As we face an even deadlier second wave of the pandemic this year, it would be interesting to see how last year's schemes fared thus far, so that a useful indicator of what worked and what didn't can be built.
6.3 crore of India’s Micro, Small, and Medium Enterprises (MSMEs) employ approximately 11 crore people. They were, however, among the hardest hit by the pandemic's first wave, which hampered their access to markets, credit, and financial security.
Simple things like the GST structure and filing calendar do not correspond to the definition of an MSME (small taxpayer) versus a large taxpayer. A micro-enterprise (with a turnover of up to Rs.5 crores) is expected to file returns once a quarter, whereas a larger company is expected to file monthly. As a result, if such a micro-enterprise is a vendor, supplier, or contractor for a larger company, the larger client frequently withholds the tax payment of the invoice, or even the entire invoice, until the enterprise declares the relevant returns. This is something that can be improved.
Creating local demand
MSMEs frequently struggle to compete fairly with larger corporations in the domestic market due to their smaller scale and scope. The 2020 Aatmanirbhar Bharat package announcements for MSMEs included one that barred global bidders for government tenders worth up to Rs.200 crores, including consultancy services and turnkey projects.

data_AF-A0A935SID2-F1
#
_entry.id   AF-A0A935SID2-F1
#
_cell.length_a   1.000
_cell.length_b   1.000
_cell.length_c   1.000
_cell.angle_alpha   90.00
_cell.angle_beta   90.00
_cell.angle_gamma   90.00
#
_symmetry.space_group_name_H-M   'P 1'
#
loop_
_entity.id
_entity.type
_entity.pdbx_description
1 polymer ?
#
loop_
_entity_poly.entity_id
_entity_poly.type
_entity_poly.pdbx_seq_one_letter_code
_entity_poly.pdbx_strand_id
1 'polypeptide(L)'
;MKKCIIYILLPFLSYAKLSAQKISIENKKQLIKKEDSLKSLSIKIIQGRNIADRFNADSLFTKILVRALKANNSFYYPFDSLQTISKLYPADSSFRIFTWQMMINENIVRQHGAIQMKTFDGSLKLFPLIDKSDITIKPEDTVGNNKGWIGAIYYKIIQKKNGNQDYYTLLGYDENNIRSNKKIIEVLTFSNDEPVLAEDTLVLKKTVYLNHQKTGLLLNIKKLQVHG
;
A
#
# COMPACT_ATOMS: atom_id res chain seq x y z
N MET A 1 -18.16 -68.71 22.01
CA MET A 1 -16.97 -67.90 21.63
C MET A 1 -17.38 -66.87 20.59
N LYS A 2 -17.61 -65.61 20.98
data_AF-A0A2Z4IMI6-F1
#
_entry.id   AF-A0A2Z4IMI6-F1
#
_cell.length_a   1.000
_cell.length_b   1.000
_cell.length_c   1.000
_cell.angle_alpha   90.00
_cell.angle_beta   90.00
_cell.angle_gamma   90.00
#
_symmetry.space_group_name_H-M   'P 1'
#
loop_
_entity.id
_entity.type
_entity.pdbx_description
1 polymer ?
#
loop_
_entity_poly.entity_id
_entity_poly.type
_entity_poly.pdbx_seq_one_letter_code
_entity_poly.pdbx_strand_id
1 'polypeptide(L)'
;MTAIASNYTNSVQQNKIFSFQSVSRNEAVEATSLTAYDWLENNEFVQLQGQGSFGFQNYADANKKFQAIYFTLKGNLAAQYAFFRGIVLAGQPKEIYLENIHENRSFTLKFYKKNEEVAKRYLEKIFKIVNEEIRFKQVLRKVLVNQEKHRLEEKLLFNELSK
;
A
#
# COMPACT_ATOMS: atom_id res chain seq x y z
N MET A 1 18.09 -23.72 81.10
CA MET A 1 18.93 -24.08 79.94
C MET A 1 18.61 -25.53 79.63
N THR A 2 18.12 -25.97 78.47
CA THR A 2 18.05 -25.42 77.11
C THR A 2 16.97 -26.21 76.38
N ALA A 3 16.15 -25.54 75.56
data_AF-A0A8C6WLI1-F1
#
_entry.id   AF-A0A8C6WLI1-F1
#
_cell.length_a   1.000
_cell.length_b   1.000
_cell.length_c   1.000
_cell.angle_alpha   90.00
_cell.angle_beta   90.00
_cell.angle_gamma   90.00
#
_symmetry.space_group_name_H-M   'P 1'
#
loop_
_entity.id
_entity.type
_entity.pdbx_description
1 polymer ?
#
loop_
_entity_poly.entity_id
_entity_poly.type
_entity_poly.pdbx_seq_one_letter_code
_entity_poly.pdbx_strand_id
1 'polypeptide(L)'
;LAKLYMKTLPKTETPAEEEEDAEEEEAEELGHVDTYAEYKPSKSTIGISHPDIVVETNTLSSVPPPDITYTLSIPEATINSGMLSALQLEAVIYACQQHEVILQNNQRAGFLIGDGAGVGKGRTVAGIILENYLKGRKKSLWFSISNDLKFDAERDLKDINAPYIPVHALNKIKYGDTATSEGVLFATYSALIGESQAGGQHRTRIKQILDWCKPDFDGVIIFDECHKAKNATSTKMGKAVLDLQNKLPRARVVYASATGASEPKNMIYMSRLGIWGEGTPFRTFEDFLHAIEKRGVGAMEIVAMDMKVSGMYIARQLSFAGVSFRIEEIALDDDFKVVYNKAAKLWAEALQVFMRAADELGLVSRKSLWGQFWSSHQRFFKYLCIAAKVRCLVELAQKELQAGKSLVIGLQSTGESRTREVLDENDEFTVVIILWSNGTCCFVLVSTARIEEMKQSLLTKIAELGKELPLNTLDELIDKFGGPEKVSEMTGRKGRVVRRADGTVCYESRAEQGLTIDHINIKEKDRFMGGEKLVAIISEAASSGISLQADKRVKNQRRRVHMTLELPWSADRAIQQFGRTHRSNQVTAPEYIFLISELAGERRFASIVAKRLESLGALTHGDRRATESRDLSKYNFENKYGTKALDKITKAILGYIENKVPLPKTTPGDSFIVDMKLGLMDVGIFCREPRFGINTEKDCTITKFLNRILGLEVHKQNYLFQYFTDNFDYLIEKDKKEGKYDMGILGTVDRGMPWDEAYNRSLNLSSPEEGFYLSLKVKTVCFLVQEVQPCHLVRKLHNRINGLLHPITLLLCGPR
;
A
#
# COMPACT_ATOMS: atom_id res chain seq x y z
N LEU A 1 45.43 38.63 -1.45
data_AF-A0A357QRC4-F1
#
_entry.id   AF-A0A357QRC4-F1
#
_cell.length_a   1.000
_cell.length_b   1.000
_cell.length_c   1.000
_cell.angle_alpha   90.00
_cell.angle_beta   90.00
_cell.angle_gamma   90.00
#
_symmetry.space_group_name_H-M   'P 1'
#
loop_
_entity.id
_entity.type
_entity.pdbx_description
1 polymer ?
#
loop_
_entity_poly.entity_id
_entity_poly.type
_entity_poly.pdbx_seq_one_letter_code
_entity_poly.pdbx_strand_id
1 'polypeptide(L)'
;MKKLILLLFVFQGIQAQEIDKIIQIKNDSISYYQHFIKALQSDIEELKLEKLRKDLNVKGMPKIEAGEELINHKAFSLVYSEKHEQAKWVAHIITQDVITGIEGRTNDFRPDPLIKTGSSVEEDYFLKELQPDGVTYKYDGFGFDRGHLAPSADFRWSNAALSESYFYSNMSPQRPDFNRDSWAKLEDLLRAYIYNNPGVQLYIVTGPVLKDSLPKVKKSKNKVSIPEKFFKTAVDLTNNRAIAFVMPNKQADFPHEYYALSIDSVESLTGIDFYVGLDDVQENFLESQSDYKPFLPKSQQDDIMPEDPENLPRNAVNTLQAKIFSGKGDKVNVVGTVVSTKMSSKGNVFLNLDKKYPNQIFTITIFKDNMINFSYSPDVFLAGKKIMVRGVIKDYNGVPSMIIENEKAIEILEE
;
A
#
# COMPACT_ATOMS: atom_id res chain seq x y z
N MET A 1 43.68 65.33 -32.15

The Credit Linked Capital Subsidy Scheme (CLCSS) was established a number of years ago to encourage investment in technological upgrades.
Payment cycles that are shorter
The government took action against those over whom it had authority. All Central Public Sector Enterprises (CPSEs) were given 45 days to release any outstanding payments.
Assistance with funding
A slew of financing assistance to local businesses is one of the important measures taken by the government to combat the pandemic and its impact on MSMEs.
Production-based incentive plan
Because of the high capital investment thresholds and production targets, the majority of businesses that benefited from this scheme over the last year were large MNCs or corporate firms.
Last year's announcements were well-intended. The dipsticks mentioned above demonstrated that some worked reasonably well in specific pockets, while others had a lukewarm effect on the MSME sector. In conclusion, there are two key points to remember for the second wave. First, there are several major impediments to the way our MSMEs operate. Despite several well-intended announcements, the fact remains that every MSME faces a disproportionate number of compliance and regulatory burdens when compared to larger businesses. The government must completely shift its mindset from that of a regulator to that of a facilitator. Second, while financial and regulatory perks are beneficial, they do not close the loop for MSMEs. More structural changes that help recharge demand and improve MSME operational efficiencies through technology and skilled labor would be the long-term strategy to achieve the goal of increasing MSME contribution to 50% of India's GDP.